Taylor’s lawyers made those arguments before they learned that Missouri had reportedly acquired a new supply of pentobarbital. State lawyers would say only in their court filing Wednesday that “Missouri has now arranged with a pharmacy, that is not the pharmacy Taylor threatened and sued, to supply pentobarbital for Taylor’s execution.” In their response Thursday, the link to which may be found here, Taylor’s lawyers wrote this:

Utterly nothing is known about this pharmacy. Has it been cited for
violating federal and state laws more or less often than the previous pharmacy? Does it also send its drugs, to be tested for purity and sterility, to a laboratory that approved a batch of tainted steroids that killed over 60 people? For that matter, does the pharmacy test its drugs at all?

If Missouri has its way, it will not tell Taylor anything more about the drug officials seek to use to execute him next week. It will argue that the conduct of its officials should be presumed to be lawful, and proper, and designed to respect the constitutional rights of the condemned. A few weeks ago, we know, the federal courts were willing to accept these arguments and to allow these dubious executions to proceed. Now I’m not so sure. No matter what the trial judge decides on Taylor’s stay request, this dispute is going first to the 8th Circuit and then to the Supreme Court. Will those appellate judges be motivated to remind Missouri who gets the final say on executions in this nation?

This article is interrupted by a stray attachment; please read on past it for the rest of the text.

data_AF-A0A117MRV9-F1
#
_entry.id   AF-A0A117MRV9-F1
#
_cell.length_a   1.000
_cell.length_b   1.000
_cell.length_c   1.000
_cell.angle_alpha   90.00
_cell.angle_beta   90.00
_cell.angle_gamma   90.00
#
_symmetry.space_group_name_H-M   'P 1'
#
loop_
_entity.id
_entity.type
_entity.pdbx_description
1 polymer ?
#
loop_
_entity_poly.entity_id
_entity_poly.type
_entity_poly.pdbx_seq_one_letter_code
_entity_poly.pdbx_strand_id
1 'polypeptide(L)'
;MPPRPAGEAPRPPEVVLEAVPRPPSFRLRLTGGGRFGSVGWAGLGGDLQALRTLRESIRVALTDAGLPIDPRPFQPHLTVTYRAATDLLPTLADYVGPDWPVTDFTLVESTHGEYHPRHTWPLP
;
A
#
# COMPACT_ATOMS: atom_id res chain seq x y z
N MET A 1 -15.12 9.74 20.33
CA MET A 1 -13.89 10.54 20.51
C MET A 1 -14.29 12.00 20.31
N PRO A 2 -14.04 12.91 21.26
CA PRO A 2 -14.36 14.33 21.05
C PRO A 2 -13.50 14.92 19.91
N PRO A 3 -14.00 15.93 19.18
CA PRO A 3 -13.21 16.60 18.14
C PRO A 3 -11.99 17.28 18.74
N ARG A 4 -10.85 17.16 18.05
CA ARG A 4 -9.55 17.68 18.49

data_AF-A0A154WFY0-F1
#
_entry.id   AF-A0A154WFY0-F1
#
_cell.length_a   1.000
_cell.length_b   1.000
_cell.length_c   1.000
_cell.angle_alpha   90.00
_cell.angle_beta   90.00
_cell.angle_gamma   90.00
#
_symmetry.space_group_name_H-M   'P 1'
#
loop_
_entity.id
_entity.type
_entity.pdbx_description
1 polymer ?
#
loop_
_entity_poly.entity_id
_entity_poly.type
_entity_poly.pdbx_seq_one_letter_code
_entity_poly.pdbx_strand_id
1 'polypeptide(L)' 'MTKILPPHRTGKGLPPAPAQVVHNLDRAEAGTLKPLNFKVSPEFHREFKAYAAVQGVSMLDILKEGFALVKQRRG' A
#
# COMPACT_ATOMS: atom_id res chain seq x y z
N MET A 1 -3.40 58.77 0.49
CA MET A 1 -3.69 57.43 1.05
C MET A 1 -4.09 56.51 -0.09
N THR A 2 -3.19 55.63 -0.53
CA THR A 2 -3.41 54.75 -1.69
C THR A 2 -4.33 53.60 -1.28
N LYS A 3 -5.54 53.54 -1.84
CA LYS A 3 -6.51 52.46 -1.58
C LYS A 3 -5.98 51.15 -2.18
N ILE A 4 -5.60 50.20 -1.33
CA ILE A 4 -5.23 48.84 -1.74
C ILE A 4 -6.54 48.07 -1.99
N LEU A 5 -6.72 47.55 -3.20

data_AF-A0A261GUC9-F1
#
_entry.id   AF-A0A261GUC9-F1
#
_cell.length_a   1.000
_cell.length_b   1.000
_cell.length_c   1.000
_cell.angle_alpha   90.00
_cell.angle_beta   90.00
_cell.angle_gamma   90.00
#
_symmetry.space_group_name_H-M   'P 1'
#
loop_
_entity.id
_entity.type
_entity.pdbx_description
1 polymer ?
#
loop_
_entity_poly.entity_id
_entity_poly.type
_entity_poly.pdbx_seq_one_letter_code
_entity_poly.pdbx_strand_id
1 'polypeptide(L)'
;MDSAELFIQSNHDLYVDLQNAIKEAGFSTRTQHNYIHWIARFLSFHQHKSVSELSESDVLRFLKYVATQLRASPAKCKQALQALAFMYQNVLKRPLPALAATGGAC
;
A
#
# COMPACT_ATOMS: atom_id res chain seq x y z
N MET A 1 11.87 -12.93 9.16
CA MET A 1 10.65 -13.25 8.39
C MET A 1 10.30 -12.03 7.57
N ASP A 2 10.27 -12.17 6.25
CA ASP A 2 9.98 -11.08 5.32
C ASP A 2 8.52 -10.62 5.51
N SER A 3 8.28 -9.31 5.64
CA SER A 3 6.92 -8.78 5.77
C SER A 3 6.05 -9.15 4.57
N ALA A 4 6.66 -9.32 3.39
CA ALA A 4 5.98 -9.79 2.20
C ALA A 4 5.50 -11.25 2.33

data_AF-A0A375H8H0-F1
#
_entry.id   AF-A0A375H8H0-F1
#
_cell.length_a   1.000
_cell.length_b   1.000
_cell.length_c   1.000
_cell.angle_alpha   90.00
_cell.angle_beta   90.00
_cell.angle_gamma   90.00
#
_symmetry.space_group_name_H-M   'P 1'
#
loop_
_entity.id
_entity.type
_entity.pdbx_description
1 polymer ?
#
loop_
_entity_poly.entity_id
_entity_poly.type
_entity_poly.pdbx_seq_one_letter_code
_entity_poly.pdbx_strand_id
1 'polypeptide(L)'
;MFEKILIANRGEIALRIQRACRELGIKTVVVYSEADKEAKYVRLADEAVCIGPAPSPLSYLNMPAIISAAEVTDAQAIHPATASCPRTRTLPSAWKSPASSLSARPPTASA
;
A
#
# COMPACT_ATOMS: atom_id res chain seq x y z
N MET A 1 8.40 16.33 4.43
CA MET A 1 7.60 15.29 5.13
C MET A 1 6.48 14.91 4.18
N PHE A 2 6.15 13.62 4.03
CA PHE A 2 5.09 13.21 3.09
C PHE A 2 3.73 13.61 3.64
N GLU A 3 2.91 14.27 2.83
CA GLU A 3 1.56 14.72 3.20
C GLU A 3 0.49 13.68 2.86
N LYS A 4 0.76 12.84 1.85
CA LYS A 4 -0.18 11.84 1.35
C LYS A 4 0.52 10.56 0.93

Missouri: Judge Blocks Sale of Drug for Execution


february 13, 2014

A federal judge late Wednesday temporarily blocked an Oklahoma compounding pharmacy from selling a drug to the Missouri Department of Corrections for use in a Feb. 26 execution.

The temporary restraining order was issued in connection with a lawsuit in United States District Court in Tulsa filed by a Missouri death row inmate, Michael Taylor, whose lawyers say the state contracts with the Apothecary Shoppe in Tulsa for the drug.

The lawsuit argued that recent executions involving the drug, compounded pentobarbital, indicate it will probably cause “severe, unnecessary, lingering and ultimately inhumane pain.”

The state has not revealed the name of the pharmacy, and the Tulsa pharmacy has not said whether it is the supplier. The judge, Terence Kern, set a hearing for Tuesday.

(Source:NYT)

MISSOURI – Death row inmate appeals over police beating – Reginald Clemons


February 5, 2014